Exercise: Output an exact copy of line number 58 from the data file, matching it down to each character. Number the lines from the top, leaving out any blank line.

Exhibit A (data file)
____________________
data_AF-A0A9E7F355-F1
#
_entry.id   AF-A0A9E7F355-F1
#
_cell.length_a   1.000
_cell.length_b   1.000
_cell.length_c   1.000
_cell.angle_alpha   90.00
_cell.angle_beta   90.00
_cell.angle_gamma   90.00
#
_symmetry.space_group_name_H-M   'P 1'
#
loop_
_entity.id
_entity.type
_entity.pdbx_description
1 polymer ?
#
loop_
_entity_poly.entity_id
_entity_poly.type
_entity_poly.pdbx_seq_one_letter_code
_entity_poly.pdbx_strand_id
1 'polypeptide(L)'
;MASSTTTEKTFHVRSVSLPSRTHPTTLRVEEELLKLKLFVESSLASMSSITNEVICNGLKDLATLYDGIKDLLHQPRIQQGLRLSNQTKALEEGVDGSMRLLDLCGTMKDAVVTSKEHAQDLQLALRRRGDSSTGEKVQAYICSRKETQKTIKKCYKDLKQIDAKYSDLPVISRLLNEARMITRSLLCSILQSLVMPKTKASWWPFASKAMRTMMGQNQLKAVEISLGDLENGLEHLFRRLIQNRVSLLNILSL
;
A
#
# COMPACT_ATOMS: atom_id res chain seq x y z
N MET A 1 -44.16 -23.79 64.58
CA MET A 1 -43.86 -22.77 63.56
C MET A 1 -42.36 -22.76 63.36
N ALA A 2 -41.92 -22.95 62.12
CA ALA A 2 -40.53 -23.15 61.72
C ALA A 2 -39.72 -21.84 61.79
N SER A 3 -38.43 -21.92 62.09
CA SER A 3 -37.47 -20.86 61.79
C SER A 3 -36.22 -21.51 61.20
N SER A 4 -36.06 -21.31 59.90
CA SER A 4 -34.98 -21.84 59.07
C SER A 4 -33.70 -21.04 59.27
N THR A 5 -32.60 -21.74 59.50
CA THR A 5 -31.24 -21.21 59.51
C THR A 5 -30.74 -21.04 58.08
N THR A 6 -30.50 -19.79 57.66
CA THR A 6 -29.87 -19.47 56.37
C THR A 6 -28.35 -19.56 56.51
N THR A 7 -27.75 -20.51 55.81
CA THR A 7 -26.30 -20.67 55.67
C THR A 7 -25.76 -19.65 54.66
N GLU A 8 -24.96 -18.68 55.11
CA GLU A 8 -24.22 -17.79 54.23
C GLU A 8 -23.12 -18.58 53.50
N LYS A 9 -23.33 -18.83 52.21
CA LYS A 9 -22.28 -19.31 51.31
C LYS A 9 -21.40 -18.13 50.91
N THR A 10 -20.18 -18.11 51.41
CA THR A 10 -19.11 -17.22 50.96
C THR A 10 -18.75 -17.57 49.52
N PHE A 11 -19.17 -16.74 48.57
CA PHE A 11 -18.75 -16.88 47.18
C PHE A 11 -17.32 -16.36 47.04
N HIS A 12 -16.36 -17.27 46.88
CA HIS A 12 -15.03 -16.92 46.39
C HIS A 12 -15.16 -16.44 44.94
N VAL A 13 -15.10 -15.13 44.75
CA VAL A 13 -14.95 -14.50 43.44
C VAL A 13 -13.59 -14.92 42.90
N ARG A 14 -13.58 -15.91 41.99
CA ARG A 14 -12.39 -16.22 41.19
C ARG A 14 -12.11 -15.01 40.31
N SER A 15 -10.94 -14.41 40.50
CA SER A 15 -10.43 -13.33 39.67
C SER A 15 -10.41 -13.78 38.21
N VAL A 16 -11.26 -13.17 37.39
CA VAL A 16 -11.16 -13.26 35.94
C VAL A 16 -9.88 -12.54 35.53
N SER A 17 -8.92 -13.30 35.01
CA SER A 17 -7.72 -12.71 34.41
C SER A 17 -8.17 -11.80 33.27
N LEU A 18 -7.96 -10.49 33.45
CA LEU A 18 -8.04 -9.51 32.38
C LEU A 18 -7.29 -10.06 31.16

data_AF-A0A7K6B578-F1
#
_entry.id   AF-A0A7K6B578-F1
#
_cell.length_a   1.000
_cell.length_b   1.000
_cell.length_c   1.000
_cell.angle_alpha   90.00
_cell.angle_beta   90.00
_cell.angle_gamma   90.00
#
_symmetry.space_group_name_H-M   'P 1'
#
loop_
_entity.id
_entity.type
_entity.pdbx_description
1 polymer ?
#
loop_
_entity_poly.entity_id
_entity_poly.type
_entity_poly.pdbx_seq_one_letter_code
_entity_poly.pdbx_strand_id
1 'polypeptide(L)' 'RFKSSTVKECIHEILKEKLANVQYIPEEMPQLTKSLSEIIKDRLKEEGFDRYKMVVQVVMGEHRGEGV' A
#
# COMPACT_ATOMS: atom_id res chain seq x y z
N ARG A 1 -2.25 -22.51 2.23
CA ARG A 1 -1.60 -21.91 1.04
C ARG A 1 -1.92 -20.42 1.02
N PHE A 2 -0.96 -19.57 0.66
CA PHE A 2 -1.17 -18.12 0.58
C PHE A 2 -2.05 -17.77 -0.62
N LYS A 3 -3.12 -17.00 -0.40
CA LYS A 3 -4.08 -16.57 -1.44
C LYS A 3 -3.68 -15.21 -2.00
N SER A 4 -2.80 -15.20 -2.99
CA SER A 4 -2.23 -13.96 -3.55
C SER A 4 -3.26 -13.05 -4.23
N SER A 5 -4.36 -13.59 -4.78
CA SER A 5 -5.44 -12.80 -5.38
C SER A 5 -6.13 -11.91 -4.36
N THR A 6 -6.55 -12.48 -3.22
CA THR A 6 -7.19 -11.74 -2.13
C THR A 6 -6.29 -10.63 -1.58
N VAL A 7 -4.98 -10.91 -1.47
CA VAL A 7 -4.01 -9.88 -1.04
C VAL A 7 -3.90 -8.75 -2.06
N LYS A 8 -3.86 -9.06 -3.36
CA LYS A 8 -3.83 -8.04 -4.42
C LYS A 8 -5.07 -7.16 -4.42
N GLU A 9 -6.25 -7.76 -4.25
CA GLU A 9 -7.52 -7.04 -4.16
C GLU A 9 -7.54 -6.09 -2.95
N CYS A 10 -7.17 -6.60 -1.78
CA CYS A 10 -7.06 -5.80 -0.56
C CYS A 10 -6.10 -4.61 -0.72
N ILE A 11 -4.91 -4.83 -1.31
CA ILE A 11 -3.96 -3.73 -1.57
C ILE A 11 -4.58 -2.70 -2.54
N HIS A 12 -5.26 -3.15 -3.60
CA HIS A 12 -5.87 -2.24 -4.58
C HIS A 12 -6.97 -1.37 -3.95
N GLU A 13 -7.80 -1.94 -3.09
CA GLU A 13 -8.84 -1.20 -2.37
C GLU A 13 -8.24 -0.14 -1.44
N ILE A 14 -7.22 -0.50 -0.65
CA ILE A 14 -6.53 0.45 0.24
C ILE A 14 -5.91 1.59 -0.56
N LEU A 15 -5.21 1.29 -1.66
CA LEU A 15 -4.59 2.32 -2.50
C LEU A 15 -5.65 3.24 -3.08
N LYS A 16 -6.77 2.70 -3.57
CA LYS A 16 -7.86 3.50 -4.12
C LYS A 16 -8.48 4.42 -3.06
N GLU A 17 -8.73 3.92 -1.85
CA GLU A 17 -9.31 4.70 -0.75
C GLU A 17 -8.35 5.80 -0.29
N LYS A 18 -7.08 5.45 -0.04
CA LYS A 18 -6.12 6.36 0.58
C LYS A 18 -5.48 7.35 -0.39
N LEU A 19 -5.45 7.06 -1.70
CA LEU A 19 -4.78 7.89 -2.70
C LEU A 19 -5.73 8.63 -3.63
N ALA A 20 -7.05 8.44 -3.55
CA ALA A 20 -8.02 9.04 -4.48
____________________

N THR A 10 -20.18 -18.11 51.41